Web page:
• She is in a category by herself;
  • A practicing Muslim who looks forward to her fasts for a month each year at Ramadan, Dr;
  • They're not thinking or shouting that now -- after she has quickly established an enviable record of building harmony and collaboration across the New York interfaith community and well beyond;
  • Manhattan, a Lasallian Catholic College in the Riverdale section of the city, was founded in 1853;
  • Her articles have appeared in books such as:

Not yet sure of her final path, she was accepted for a doctoral program in Islam and religious studies at the University of South Africa, going on to become a visiting professor of theological studies at Loyola Marymount University in Los Angeles.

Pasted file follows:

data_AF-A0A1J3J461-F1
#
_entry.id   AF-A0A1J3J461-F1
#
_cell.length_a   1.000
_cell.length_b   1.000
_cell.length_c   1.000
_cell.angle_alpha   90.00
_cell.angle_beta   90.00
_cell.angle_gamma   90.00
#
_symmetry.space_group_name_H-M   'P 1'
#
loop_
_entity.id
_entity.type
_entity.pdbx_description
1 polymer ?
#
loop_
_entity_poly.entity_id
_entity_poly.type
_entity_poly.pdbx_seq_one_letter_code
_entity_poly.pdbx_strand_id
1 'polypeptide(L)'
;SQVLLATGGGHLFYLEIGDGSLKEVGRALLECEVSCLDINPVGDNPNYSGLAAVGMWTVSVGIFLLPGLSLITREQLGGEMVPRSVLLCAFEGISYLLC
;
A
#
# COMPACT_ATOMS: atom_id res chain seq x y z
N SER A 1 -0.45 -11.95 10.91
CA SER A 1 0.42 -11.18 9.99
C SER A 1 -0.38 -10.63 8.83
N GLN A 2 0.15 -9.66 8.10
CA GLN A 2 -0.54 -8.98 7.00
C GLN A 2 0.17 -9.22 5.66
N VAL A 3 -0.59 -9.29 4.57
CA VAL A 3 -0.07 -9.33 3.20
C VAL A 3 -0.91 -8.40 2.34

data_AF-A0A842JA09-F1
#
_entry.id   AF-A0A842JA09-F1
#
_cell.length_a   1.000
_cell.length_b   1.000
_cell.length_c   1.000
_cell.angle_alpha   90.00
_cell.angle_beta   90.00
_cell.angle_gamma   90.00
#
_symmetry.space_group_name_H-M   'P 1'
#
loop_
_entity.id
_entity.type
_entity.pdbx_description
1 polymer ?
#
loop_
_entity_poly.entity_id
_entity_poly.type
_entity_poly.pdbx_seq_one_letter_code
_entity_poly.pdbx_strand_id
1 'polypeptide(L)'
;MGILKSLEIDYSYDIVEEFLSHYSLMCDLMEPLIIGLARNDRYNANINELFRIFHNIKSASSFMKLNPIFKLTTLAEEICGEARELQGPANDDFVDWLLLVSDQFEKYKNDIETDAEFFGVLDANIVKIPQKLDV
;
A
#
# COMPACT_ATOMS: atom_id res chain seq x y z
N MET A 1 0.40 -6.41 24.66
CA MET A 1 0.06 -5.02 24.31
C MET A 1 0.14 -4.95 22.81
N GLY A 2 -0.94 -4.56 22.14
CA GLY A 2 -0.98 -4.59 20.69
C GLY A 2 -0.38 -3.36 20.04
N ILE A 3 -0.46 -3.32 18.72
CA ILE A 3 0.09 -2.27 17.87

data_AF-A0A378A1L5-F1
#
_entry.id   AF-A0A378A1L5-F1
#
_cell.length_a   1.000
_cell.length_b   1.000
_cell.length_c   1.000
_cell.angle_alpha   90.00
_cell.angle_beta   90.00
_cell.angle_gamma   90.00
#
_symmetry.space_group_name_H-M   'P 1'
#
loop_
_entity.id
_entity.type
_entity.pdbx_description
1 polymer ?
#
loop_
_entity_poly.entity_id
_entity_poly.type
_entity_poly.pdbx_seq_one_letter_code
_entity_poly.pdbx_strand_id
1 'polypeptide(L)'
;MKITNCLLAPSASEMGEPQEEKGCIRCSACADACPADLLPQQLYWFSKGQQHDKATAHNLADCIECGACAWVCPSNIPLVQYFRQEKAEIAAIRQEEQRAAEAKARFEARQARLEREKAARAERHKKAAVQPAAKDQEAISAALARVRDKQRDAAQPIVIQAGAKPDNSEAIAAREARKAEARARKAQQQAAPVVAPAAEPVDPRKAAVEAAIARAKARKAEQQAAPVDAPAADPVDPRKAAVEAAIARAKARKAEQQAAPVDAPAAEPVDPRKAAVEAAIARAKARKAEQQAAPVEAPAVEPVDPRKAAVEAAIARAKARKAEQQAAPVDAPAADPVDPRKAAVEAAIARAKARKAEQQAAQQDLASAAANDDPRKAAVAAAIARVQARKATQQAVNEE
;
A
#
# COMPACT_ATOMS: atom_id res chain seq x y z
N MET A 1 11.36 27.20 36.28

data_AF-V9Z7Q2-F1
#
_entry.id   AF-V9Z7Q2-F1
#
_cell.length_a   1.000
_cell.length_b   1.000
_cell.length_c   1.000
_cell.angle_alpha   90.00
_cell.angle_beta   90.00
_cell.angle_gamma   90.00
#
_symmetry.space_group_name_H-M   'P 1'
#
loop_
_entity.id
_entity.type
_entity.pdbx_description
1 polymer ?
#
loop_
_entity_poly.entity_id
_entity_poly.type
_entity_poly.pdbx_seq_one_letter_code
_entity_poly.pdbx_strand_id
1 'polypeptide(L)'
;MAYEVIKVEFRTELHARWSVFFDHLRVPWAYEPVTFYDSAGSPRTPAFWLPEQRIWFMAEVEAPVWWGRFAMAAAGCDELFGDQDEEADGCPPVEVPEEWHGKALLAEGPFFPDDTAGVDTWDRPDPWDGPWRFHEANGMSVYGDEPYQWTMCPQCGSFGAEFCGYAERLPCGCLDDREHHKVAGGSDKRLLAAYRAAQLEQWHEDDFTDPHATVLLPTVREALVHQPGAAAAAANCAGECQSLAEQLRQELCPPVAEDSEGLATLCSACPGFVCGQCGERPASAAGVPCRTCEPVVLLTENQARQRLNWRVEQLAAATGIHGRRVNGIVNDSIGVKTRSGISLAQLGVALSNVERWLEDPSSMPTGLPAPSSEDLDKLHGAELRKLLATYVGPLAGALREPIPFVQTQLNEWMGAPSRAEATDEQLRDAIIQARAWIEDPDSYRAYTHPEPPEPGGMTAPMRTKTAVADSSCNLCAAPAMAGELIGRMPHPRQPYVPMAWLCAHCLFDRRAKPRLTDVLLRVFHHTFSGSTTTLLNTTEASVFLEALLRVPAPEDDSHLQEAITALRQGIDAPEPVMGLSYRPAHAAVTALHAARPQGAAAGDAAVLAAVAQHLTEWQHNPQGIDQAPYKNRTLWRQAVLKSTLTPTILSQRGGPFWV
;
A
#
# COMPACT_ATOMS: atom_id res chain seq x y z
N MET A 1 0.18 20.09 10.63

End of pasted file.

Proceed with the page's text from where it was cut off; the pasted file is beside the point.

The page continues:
From 2003 to 2005 she conducted interviews of Holocaust survivors, perhaps another first, a Muslim interviewing Jewish survivors. In 2007, while still a doctoral student, Dr.

Dr mehnaz afridi and her stories on the history of the holocaust

Afridi was invited to Germany to deliver an official paper on anti-Semitism in Egyptian literature. But why did I want to visit Dachau?

  • The appointment of dr mehnaz afridi as the new director of manhattan college's holocaust jews have been persecuted many times throughout history and now;
  • Hatred of the Jews in the 21st Century;
  • On Wednesday, Janet Pfeffer Vignola and "Salt of the Earth," will share the experiences of three families before, during and after the Holocaust.